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About this author
Zack Lynch is author of The Neuro Revolution: How Brain Science Is Changing Our World (St. Martin's Press, July 2009).
He is the founder and executive director of the Neurotechnology Industry Organization (NIO) and co-founder of NeuroInsights. He serves on the advisory boards of the McGovern Institute for Brain Research at MIT, the Center for Neuroeconomic Studies, Science Progress, and SocialText, a social software company. Please send newsworthy items or feedback - to Zack Lynch.
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January 26, 2006

The Neurotech Industry Investing & Business Conference – May 18, S.F.

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Posted by Zack Lynch

Profiting from advances in drugs, devices and diagnostics for the brain and nervous system. Expand your network and hear from over 40 CEOs, investors, and researchers who reveal why biotech, medtech and IT investors are funding neurotechnology. Register now at early rate www.neuroinsights.com.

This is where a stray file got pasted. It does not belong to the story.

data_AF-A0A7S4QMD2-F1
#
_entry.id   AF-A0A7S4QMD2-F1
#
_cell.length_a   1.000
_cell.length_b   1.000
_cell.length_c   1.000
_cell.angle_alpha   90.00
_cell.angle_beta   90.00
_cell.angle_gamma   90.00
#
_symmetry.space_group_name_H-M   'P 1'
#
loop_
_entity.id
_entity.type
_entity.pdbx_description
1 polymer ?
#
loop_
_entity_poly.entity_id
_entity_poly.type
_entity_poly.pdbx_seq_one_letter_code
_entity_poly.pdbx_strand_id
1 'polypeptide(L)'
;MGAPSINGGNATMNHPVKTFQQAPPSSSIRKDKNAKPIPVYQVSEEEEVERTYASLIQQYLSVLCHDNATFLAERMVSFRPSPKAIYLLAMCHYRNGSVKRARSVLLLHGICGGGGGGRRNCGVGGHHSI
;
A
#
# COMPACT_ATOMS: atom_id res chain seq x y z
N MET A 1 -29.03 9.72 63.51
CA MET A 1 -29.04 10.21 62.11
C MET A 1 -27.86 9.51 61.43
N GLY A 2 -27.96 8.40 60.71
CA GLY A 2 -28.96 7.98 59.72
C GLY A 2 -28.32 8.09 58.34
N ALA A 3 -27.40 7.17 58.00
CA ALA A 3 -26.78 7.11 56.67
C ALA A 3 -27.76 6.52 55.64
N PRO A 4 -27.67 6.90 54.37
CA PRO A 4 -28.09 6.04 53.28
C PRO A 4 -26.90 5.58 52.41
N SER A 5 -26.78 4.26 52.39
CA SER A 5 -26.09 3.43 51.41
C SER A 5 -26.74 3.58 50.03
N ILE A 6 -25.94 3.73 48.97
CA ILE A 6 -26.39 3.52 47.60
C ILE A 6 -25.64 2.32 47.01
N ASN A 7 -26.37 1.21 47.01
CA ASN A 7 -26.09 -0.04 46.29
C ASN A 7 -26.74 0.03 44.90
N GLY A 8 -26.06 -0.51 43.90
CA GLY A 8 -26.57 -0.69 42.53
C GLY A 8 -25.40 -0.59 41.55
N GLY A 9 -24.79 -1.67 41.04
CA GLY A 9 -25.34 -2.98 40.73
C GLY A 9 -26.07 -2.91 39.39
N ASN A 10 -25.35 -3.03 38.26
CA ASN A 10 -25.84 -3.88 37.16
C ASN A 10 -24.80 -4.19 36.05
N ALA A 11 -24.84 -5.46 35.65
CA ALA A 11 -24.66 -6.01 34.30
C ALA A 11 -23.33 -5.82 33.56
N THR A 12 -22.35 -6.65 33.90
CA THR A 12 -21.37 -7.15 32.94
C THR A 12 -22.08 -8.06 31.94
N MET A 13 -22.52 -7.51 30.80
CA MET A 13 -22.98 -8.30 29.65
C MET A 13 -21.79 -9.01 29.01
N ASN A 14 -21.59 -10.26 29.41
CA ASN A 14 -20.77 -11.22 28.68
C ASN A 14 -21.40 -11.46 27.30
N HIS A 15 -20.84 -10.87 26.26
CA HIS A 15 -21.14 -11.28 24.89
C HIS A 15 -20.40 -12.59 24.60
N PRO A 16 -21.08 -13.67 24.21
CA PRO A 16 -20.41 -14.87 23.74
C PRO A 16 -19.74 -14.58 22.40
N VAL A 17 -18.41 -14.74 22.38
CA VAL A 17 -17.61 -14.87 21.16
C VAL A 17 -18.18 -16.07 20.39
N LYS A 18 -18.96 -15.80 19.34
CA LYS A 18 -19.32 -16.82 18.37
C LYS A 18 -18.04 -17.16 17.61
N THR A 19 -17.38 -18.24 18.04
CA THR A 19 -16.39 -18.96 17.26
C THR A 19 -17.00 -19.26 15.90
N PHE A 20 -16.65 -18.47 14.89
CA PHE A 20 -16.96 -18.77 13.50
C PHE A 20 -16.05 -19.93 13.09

Comments (0) + TrackBacks (0) | Category: Neurotech Industry

January 25, 2006

Women's Technology Cluster Hosts Stem Cell Conference

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Posted by Zack Lynch

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The Women's Technology Cluster is hosting a one-day Stem Cell conference at UCSF Mission Bay on February 7th. Over 30 internationally renowned panelists from the US, UK, Canada, Australia, Netherlands, Germany, and Singapore will explore the potential challenges to commercialization and make recommendations for a successful and time effective transition from lab to patient. Speakers will also investigate how to effectively build alliances across key research and industry groups in the US and internationally.

Topics covered include: building a common language; translating the research into the clinic; building alliances across academia, industry and non-profits; models for commercialization of stem cell outcomes; International alliances and stem cell landscape and new developments in stem science. Click here to register.

Comments (0) + TrackBacks (0) | Category: SF Focus

January 24, 2006

The Female Brain Revealed This August

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Posted by Zack Lynch